Countdown to chaos – how the fuel protests developed and failed to materialise

  • WEDNESDAY SEPTEMBER 7: The Road Haulage Association, says there is a ‘tremendous feeling of unrest in the fraternity’ at high fuel prices. Protestors from the Fuel Lobby, which organised the 2000 fuel protests, say they will act again if fuel tax is not cut. Organiser Andrew Spence threatens to blockade all UK refineries on September 14.

  • SATURDAY, SEPTEMBER 10 – Members of the South Wales Hauliers’ Association vote in favour of staging a 20mph rolling blockade of the M4 in the wake of rising fuel prices. The date is set for Friday, September 16.

  • SUNDAY, SEPTEMBER 11 – Chancellor of the Exchequer Gordon Brown blames high fuel prices on oil cartel OPEC and calls for an increase in oil production. He rules out tax cuts to reduce prices at the pump. The Fuel Lobby says its planned series of blockades on Wednesday will now be extended until Friday to coincide with the anniversary of the 2000 protests.

  • MONDAY, SEPTEMBER 12 – Reports start coming in of hour-long queues at petrol stations. The Fuel Lobby retracts its earlier statement and says no oil refinery blockades are planned, urging the public not to panic and stock up. It urges members of the public to ‘attend’ rather than ‘blockade’ refineries.

  • TUESDAY, SEPTEMBER 13 – Calls not to panic buy go unheeded and long queues for fuel start stretching out across the country. Some filling stations start to run dry and close. Reports suggest a week’s worth of petrol has been sold in just one day.

    Suppliers say they are struggling to cope with demand, due to the issue of getting tankers to filling stations. The UK Petroleum Industry Association (UKPIA) says tanker deliveries have been boosted by 10 to 15%. Gordon Brown still refuses to make any concessions on fuel tax. However, governments across Europe, mired in fuel protests themselves, take action to curb costs.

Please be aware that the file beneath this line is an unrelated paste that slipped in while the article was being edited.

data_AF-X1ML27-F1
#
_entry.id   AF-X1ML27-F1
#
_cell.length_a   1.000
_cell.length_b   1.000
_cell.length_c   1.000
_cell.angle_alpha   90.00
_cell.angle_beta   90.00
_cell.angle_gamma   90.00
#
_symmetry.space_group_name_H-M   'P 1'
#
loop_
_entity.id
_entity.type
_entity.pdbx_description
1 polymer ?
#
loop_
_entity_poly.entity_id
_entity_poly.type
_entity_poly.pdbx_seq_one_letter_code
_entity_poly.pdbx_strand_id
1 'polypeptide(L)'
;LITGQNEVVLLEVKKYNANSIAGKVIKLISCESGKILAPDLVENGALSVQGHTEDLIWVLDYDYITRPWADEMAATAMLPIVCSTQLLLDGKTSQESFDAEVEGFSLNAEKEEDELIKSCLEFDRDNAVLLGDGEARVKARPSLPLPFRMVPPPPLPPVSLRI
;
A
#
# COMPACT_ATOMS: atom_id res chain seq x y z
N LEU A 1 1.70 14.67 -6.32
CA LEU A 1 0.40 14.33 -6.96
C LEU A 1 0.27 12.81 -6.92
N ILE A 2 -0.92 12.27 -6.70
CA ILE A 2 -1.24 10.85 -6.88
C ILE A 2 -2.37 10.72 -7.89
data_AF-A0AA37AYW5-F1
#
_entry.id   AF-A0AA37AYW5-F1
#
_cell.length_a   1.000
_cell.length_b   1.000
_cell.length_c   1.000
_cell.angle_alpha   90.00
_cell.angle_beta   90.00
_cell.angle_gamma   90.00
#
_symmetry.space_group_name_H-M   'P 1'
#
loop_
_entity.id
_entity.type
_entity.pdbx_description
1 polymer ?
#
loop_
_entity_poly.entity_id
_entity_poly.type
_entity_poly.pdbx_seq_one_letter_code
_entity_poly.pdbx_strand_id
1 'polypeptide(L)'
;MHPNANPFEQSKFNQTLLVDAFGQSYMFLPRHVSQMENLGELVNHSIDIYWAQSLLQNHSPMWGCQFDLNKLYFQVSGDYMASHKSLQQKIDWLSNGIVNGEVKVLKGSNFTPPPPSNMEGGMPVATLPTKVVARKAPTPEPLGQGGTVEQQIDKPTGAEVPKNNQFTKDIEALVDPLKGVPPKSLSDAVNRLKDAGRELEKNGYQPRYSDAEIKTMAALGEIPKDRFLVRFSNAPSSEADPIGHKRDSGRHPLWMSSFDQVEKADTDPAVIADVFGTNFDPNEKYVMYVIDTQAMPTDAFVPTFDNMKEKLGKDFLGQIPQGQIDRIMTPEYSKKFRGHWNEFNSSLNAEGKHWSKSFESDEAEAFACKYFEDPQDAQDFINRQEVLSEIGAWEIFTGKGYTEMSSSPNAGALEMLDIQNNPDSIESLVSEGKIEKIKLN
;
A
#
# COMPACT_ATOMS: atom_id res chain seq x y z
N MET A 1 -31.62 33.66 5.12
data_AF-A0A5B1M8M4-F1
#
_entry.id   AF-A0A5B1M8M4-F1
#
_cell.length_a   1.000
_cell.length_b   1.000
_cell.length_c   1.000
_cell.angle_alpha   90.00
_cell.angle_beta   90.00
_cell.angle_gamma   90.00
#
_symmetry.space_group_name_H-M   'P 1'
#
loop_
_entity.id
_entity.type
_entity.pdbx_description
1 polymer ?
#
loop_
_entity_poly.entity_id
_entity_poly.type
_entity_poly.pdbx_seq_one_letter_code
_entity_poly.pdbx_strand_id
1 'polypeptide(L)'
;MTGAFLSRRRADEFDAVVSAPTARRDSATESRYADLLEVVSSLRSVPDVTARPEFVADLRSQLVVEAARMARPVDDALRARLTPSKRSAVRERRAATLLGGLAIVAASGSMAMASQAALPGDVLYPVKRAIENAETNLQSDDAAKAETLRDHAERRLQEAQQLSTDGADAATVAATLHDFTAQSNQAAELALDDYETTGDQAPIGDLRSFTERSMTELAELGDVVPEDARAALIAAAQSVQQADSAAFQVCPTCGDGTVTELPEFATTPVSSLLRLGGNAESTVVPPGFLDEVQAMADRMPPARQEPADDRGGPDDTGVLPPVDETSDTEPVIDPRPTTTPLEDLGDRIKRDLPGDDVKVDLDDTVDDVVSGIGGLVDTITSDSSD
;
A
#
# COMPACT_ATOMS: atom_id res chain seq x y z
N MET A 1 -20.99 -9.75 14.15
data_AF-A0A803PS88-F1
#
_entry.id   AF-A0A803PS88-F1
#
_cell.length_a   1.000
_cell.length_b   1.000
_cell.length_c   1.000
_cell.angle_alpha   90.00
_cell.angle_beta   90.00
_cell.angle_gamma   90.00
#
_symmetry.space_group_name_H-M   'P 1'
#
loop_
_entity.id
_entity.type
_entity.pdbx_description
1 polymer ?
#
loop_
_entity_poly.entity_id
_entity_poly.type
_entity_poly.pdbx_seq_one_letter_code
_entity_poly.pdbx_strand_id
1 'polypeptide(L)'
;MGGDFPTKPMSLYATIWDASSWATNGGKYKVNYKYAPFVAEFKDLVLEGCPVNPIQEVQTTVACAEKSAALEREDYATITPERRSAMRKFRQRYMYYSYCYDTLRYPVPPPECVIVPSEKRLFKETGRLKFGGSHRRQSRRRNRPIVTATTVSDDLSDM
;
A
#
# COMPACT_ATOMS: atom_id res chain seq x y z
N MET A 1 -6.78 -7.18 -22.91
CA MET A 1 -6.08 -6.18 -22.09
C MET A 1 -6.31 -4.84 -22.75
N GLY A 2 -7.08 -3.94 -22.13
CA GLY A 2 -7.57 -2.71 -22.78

• WEDNESDAY, SEPTEMBER 14: The planned day of demonstrations turns out to be a damp squib, with protestor numbers remaining low. Andrew Spence’s demonstration in Jarrow, South Tyneside attracts a total of 12 people. A large demo had been expected at Stanlow in Cheshire, but the only two protestors that turn up are frightened off by a large group of journalists. Organisers say the campaign is meant to be symbolic and says it has the Government ‘on the back foot’.

  • THURSDAY, SEPTEMBER 15: Things return to normal, and the press is left to reflect on a ‘Day of fuel protests that turned out to be a flop’ (The Times). OPEC reacts with surprise to Gordon Brown’s assertion that it is to blame for high oil prices and denies that demand is outstripping supply.

  • FRIDAY, SEPTEMBER 16: Asda and Tesco slash their fuel prices by 4p a litre. Oil prices also start to fall as Hurricane Katrina retreats into the past. Welsh hauliers stage a slow protest, bringing the M4 in Wales to an almost complete standstill. Protestors decide not to block refineries because they believe they have got their message across. Six lorries stage another slow protest on the M60.

  • SATURDAY, SEPTEMBER 17: Shell hops on the price-cutting bandwagon and slices between 2p and 4p off its fuel prices.

  • SUNDAY, SEPTEMBER 18: Calls for a fuel protest in the South West go largely unheeded. Experts say things are returning to normal.